The value of Australia’s farm production is forecast to hit a four-year low at $59 billion according to the Australian Bureau of Agricultural and Resource Economics and Sciences (ABARES).
The five per cent drop is due to the ongoing drought in large areas of south-eastern Australia and the ongoing China-US trade disputes disrupting world markets.
Since reaching its peak in 2016-17, the volume of farm production is forecast to have declined by 15 per cent, reach its lowest level since 2009-10. The 2019-20 farm production forecast is reflecting similar levels last recorded during the Millennium Drought.
What does this forecast mean for commodity prices?
Australian wheat production is forecast to increase by 10 per cent, to 19 million tonnes, from the previous year. This is mainly due to improved conditions in Victoria, central Queensland, southern NSW and parts of South Australia.
Australian wheat exports are forecast to increase from the previous year as a result of increased production and lower domestic demand following easing drought conditions in some areas.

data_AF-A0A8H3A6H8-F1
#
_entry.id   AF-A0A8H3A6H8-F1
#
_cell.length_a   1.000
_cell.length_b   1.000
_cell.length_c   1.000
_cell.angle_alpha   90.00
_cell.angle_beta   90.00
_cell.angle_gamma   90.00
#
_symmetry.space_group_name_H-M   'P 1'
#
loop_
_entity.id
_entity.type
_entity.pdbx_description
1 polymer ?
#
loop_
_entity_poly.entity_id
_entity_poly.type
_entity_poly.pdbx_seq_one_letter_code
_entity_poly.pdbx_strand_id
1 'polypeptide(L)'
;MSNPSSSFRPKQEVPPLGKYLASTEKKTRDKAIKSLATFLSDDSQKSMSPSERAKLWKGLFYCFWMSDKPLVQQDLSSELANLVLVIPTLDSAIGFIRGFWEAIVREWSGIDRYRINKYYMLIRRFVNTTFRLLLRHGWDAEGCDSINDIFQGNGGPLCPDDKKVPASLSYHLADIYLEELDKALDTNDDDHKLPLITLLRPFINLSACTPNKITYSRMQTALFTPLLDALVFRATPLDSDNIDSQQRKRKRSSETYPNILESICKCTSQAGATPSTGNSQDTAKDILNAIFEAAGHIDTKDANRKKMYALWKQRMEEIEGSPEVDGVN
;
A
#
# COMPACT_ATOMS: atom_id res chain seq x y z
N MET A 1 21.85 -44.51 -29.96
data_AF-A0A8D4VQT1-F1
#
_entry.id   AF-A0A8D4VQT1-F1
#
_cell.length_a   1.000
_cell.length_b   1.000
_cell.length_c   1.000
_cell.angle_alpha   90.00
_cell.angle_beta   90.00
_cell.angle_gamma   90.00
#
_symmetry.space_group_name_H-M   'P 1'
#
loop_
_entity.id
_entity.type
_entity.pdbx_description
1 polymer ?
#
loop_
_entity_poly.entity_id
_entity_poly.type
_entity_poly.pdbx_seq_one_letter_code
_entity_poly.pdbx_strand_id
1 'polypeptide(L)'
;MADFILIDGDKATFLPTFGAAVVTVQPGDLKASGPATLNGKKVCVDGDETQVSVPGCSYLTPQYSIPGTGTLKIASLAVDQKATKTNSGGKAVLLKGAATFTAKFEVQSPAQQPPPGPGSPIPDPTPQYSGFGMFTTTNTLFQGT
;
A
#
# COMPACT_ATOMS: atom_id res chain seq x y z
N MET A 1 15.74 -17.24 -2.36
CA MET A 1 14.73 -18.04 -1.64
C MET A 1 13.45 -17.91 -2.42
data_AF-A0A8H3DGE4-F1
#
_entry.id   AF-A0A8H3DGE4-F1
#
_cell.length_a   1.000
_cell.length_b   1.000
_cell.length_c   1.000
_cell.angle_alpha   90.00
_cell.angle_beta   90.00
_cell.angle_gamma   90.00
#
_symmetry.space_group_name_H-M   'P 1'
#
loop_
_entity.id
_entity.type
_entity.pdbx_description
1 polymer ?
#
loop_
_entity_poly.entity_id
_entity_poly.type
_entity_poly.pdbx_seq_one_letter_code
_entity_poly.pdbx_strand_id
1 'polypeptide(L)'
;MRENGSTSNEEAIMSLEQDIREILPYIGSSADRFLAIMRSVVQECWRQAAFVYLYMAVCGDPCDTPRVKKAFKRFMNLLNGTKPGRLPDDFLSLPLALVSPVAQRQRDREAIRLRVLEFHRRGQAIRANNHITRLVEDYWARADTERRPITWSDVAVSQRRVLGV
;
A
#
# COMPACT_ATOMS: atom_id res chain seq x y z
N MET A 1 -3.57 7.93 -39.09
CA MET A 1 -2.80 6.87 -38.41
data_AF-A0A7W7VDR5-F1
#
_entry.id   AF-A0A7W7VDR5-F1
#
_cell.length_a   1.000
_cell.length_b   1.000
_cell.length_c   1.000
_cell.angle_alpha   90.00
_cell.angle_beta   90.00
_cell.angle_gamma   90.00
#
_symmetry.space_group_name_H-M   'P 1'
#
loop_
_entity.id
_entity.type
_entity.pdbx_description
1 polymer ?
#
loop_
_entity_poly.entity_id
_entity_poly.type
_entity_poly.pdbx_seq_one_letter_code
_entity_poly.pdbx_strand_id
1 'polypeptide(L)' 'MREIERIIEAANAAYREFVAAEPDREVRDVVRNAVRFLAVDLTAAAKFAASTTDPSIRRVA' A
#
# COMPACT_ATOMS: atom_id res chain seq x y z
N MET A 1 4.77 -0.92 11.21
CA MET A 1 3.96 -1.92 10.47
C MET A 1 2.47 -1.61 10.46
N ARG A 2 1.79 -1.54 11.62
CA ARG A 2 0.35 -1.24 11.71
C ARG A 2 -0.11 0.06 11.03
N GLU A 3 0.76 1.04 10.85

Cotton prices are forecast to fall by 16 per cent due to increased global production and high stock levels.
While wool prices will drop by 26 per cent to 1435 cents/kg in 2019-20 due to uncertain global demand and increased superfine wool production.
Australian cattle process is forecast to rise by eight per cent due to higher global demand for beef and reduced supply of cattle in saleyards.
Sheep meat prices are set to rise historical highs to 12 per cent to 810 cents/kg in 2019-20 due to strong saleyard competition and lower Australian supplies.
Farmgate dairy prices are also forecast to rise by five per cent to 51 cents/L in 2019-20 due to the falling dollar and competition for milk. This is a three per cent rise on the previous year.
What about ag’s $100 billion vision?
The National Farmers’ Federation (NFF) has set a goal for Australian agriculture to become a $100 billion industry by 2030.
The most recent ABARES forecasts are to be expected due to the unrelenting drought conditions according to NFF CEO Tony Mahar.
“Many livestock producers have destocked considerably, and grain producers are facing another year with low winter yields.
“The higher cost of inputs including water and grain is also biting,” Mr Mahar said.
Mr Mahar said the forecast highlighted why a national drought policy which charts a course for drought preparation was vital if agriculture was to achieve it’s potential.
“It’s a bold target and one that, as ABARES’ figures reveal today, won’t come easily.
“A modern all-of-Government drought policy must aim to create conditions where, when drought breaks, farmers are able to return to pre-drought production as quickly as possible,” he said.